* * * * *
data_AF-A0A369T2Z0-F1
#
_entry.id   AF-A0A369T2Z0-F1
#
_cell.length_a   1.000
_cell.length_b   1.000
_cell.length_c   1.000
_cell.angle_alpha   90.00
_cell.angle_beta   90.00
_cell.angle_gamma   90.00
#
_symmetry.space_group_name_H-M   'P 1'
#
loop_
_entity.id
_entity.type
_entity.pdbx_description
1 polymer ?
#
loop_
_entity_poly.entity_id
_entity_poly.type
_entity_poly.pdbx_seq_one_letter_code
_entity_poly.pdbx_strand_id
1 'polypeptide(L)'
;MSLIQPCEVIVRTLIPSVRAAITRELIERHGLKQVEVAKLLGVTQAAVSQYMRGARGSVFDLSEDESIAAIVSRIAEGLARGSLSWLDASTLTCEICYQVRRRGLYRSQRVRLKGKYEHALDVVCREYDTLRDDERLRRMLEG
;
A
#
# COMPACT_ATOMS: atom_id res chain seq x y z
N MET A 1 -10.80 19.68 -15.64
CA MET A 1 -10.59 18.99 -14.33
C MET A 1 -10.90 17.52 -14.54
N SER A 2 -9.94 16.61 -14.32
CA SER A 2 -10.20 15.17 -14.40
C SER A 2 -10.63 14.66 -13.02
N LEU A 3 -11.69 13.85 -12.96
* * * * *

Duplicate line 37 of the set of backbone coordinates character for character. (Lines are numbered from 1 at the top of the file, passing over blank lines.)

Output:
N LEU A 3 -11.69 13.85 -12.96